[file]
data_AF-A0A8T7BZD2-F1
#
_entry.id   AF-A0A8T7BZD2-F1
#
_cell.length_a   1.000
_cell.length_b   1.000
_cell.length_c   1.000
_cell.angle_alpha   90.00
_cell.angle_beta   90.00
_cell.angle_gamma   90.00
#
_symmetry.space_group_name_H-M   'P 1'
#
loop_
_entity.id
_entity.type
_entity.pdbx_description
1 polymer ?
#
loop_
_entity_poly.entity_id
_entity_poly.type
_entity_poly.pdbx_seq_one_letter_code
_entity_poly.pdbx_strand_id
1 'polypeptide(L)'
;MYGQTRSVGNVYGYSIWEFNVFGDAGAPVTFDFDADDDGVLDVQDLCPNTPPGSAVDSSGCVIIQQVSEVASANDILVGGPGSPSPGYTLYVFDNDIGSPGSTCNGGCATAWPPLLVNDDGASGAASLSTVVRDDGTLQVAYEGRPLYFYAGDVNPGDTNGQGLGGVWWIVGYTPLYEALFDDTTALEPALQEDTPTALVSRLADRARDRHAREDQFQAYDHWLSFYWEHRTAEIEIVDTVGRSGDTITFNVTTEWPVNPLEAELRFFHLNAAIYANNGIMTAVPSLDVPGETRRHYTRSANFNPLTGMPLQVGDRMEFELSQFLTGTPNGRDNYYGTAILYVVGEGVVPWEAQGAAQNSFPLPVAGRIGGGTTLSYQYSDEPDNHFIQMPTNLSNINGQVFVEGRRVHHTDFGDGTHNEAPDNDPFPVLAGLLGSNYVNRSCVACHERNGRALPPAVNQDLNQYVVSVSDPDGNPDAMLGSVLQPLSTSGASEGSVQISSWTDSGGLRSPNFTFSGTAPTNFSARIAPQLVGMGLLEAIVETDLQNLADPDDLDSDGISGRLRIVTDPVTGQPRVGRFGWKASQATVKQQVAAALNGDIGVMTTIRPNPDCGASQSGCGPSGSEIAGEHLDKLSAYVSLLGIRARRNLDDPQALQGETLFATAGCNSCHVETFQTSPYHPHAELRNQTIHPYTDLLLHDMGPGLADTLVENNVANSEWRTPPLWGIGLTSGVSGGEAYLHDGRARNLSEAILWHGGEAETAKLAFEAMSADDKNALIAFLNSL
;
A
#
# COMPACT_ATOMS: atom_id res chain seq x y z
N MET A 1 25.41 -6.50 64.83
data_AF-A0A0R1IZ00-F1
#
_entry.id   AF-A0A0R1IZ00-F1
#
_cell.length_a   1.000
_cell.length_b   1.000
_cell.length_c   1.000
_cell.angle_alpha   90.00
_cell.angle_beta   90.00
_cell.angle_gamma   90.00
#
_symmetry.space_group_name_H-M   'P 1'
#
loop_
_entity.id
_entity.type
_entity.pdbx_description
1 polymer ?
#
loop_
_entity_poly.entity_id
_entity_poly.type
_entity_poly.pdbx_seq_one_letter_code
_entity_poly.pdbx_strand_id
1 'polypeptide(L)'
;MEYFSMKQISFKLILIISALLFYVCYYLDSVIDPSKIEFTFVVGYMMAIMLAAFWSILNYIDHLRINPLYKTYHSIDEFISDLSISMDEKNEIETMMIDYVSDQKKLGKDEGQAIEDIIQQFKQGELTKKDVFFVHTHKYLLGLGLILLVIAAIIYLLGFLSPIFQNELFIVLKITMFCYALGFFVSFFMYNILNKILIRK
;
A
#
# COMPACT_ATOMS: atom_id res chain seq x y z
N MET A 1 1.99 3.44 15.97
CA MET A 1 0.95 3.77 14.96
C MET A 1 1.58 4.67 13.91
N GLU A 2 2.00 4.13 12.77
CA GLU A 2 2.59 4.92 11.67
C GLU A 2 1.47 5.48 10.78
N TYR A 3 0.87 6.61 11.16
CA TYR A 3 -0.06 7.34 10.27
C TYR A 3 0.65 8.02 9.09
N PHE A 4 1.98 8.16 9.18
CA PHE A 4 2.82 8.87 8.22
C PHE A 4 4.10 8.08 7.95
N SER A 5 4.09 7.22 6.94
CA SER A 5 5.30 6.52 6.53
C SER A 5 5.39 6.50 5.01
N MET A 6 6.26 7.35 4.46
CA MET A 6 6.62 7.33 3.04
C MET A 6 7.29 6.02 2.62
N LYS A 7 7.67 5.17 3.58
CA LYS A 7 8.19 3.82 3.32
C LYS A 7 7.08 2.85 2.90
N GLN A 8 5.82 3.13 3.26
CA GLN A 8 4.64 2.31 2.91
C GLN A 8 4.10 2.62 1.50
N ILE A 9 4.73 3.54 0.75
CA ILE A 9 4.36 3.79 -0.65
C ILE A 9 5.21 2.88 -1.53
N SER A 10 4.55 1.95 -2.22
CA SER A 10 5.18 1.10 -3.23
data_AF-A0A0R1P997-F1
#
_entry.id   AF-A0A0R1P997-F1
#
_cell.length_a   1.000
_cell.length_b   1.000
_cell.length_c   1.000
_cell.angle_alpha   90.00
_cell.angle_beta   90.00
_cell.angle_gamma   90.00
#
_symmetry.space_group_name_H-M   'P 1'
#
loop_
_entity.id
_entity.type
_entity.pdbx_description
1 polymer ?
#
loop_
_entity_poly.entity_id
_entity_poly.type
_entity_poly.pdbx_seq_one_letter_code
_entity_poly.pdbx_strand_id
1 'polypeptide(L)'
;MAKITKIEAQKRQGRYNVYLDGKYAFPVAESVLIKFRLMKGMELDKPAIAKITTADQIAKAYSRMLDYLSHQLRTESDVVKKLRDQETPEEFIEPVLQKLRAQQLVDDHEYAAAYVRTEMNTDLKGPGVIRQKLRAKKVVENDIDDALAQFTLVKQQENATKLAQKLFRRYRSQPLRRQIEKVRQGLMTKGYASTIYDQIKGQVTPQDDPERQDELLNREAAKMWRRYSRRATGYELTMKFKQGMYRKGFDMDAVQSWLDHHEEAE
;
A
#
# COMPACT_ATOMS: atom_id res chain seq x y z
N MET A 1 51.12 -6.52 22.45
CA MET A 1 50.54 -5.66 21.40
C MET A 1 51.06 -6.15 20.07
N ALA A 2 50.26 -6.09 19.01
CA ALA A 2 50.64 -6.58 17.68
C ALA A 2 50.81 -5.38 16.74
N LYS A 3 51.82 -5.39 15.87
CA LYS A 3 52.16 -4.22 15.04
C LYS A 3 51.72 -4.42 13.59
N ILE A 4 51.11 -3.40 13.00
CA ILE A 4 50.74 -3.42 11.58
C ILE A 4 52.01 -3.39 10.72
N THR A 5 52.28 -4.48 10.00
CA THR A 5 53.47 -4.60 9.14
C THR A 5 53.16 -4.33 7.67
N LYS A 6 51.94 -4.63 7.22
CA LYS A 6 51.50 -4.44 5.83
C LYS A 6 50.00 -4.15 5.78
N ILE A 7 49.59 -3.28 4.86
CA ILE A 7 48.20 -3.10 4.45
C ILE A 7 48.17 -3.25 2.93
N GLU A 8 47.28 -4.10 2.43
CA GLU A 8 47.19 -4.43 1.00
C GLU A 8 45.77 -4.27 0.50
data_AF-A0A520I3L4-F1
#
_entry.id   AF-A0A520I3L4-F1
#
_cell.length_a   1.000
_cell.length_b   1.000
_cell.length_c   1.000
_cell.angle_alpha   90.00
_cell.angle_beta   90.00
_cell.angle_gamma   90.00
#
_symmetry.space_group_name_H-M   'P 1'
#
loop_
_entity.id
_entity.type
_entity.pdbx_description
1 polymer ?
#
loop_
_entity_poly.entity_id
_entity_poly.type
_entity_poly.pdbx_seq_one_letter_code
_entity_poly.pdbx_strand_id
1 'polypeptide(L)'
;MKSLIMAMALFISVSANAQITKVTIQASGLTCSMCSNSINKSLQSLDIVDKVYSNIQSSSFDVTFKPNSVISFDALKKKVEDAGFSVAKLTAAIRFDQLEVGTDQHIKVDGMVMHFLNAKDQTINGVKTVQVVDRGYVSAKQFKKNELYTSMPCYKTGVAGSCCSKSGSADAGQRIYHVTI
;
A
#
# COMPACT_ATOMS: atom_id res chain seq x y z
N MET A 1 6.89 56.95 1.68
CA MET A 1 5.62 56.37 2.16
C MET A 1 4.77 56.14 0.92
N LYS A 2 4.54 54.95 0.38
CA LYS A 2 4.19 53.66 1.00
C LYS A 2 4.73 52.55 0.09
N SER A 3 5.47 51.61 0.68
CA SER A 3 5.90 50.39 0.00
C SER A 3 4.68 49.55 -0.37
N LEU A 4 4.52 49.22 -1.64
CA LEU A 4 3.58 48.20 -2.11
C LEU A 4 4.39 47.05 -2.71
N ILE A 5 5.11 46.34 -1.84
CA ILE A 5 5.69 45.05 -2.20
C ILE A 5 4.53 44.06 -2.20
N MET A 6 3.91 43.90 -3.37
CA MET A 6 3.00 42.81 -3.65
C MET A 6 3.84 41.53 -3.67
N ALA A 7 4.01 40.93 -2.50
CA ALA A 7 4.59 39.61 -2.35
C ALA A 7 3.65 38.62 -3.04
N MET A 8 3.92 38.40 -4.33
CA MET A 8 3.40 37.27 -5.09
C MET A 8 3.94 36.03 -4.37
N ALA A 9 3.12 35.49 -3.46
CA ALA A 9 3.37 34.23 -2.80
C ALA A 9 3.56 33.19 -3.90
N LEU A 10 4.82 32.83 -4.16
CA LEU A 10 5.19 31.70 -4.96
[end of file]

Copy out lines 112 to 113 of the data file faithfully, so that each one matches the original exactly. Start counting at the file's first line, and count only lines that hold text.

_entity_poly.type
_entity_poly.pdbx_seq_one_letter_code